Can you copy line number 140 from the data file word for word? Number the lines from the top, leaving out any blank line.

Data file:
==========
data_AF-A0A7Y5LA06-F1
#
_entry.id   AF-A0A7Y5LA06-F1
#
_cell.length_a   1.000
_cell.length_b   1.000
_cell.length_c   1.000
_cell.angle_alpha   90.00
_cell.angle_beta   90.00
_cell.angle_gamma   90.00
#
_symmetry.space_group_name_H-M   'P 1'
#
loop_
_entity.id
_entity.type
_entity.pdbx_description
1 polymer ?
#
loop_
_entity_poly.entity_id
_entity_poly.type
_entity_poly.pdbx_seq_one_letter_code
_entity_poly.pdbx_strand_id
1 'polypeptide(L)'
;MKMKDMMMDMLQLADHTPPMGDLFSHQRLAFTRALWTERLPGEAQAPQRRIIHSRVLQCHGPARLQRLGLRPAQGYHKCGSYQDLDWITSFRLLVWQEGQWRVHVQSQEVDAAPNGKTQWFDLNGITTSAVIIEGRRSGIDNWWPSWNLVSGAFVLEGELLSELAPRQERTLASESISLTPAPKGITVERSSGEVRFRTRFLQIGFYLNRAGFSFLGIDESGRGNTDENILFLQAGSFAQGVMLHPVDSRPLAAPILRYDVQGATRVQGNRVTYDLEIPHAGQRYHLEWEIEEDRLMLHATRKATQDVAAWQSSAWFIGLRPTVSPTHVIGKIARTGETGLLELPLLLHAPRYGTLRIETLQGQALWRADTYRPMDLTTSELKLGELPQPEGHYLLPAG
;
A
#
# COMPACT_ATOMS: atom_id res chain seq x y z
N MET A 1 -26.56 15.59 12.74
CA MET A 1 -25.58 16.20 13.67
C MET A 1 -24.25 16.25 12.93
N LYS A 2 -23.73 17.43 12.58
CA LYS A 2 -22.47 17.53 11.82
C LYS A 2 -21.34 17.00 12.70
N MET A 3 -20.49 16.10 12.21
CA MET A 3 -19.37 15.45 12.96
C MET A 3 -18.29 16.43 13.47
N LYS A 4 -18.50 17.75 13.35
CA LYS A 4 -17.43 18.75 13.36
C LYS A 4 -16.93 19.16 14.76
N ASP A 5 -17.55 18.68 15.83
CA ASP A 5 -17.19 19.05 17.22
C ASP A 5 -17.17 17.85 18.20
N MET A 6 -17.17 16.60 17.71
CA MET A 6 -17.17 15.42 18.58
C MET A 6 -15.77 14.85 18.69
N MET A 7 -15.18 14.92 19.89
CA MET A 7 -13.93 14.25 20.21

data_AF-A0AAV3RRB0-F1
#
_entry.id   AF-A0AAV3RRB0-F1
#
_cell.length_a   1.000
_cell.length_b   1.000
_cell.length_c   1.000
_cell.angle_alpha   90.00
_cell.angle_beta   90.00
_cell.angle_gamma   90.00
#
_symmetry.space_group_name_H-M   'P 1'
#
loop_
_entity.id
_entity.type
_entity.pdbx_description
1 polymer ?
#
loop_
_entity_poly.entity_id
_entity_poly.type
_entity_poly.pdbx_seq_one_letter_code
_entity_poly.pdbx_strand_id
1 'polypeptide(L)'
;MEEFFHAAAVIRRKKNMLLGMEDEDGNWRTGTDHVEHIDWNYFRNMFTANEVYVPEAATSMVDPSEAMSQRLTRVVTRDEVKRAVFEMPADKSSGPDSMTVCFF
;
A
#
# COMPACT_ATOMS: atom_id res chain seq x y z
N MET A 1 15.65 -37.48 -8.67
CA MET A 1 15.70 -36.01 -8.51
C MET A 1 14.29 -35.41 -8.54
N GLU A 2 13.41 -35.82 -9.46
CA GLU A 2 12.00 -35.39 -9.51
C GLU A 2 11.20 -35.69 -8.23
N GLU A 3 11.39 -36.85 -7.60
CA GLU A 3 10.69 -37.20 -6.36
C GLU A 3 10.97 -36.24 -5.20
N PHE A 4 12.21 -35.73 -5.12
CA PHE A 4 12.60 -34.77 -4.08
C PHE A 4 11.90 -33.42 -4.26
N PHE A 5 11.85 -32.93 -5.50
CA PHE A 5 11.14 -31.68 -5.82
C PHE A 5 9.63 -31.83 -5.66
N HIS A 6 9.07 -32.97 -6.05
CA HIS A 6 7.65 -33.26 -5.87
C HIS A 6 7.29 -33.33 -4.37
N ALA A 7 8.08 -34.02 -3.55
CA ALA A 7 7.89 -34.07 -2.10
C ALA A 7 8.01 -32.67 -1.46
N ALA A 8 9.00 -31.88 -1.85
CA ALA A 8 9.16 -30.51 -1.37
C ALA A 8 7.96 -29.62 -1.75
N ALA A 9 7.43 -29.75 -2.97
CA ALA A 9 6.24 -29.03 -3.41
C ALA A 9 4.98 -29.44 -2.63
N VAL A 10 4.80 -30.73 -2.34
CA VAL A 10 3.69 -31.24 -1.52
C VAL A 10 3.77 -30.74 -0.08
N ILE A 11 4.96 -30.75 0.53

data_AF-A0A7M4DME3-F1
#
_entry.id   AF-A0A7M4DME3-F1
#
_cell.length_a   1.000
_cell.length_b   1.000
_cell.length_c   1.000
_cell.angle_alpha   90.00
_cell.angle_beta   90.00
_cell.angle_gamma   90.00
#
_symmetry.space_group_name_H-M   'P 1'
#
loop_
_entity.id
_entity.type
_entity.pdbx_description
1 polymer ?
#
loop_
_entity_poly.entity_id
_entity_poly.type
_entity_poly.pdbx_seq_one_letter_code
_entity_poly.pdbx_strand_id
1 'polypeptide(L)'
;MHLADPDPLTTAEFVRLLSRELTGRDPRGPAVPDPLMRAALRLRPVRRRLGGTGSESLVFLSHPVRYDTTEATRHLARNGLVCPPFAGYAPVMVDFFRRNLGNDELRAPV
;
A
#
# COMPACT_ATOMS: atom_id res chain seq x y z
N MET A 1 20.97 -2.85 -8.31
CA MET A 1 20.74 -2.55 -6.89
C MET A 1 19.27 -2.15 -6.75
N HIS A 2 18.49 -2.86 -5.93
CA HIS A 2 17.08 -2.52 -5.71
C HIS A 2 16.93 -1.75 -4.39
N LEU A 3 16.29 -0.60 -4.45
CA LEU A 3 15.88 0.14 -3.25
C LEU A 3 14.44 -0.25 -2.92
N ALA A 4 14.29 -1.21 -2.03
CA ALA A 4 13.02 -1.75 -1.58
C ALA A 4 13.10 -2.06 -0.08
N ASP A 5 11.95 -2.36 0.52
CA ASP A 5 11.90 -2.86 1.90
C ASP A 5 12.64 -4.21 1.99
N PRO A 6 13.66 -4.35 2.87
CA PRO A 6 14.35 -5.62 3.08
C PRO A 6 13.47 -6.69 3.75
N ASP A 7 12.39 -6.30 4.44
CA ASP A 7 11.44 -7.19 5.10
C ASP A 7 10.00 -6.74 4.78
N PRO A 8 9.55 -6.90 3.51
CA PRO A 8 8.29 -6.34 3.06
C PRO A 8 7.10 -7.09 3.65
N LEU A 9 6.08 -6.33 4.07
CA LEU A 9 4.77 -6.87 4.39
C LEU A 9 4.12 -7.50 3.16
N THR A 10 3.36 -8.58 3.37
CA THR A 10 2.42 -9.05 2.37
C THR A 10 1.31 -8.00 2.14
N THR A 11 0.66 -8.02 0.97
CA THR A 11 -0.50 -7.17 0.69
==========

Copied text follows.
#